- freely available
Future Internet 2017, 9(1), 3; doi:10.3390/fi9010003
2.1. Information Security Incidence Management
2.2. Situational Awareness and Information Security
3. Incidence Management in 5G
4. Information Security Architecture for 5G
- The elements responsible for monitoring and executing mitigation actions (e.g., virtual functions) are compatible with the SDN/NFV paradigm. If the elements follow the traditional architectures, a compatibility layer is assumed. This additional layer can use the available configuration options to emulate a SDN/NFV enabled element.
- The communication between the different modules of the framework must be performed through secure channels.
- The information provided by the monitoring elements (low level metrics, alerts) are considered reliable.
- The Risk Analysis and the corresponding Situation Awareness procedures are strongly isolated from the data plane forwarding. In other words, the resources (network, storage and computing) used for the operation of the framework belong to administrative domain and, consequently, do not modify the capabilities of the 5G forwarding elements.
- The functional modules are extensible and can be implemented using distributed architectures in function of the available management resources and the size of the managed infrastructure.
4.1. Virtual Infrastructure and Sensors
4.2. Monitoring and Correlation
- Monitoring (Data Collection). The main objectives are the gathering and management of the information from all data sources, and facilitating their access to upper layers. Monitoring tasks would be able to actively poll different sources to collect real-time statistics, providing highly accurate and low overhead traffic measurement . This module also controls the registration and access process of new sensors. The collected information is organized in efficient data structures, taking into account the large amount of data to be processed. In this regard, two scenarios were considered. In the first scenario, the sensor sends a report to the monitor when it detects relevant information (alerts, link failures, memory or CPU overload). In the second scenario, the monitor requests information (whenever necessary) to the sensors in order to facilitate the aggregation and analysis tasks (virtual topology, available links, among others).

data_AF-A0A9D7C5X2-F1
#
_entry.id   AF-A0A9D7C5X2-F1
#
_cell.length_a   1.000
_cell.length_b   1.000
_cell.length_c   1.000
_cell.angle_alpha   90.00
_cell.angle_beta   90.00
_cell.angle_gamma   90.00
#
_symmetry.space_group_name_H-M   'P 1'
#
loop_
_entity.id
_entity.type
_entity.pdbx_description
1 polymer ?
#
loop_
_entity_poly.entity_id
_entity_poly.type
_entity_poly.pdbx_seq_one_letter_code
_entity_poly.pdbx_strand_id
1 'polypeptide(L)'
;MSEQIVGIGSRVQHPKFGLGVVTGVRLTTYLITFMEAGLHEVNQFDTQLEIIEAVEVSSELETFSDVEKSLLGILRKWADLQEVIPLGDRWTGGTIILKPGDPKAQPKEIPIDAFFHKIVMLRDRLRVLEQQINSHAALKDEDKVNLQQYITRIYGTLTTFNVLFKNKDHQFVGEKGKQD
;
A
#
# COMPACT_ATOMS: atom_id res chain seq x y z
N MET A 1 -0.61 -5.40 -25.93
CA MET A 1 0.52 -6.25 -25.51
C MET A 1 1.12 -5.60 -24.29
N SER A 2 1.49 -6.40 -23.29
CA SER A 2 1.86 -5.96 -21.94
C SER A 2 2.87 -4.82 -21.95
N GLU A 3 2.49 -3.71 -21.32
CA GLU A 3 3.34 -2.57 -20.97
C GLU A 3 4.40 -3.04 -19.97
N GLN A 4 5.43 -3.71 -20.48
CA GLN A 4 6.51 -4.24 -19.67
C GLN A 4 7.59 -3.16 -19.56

- Correlation. It is responsible for the first abstraction level of information processing, in which, in order to have a global view of the network status, correlation and aggregation processes are executed. Information considered as redundant or non-sensitive is discarded. As an example, in case of multiple alerts received from each device belonging to the same affected area, a single alert is displayed with the affected topology. Due to the dynamism offered by virtual environments, in contrast to the rigidity of the physical elements, network topology is expressed as an extended or increased graph (), which models virtual nodes () and links () located in the physical infrastructure [42,43]. Likewise, as a result of correlation and aggregation operations, the received low-level metrics can be expressed or translated into high-level metrics, also known as Health of Network (HoN). For example, transmission data rate (Mbps), delay (ms) and jitter (ms) of data in streaming video, collected by the sensors at different points in the network, can be expressed as an overall perception of quality of service QoS/QoE, quantified by the measurement of the Mean Opinion Score (MOS).
5. Analysis and Decision-Making
- Discovery events—include all situations related to incorporation of new assets to the system. For example, this occurs when incorporating new nodes into the network, establishment of new connections between previously existing resources, or deployment of new virtualization layers. Each time a discovery event is communicated, the asset inventory is updated.
- Removal events. Unlike discovery events, removal events indicate situations related to the elimination of 5G resources. These are the cases of deletion of assets, removal of connections between nodes, or elimination of virtualization resources. As in discovery events, each time a removal event is communicated, the asset inventory is upgraded.
- Modification events. They include every situation related with the modification (not removal) of an existing resource. For example, this occurs when varying the location of the asset (i.e., changes to IP address, MAC address, etc.), and changes between communication protocols or software updates. As in the previous cases, modification events involve changes to the asset inventory.
- Notification events. They report specific situations in the network that are not related to changes in the assets inventory, such as periodic reviews of the bandwidth status, presence of unused resources or requests for special configurations.
5.1.2. Risk Assessment
5.1.3. Asset Inventory
5.1.4. Risk Map
5.1.7. Countermeasure Tracking
5.2. Decision-Making and Actuators
Conflicts of Interest
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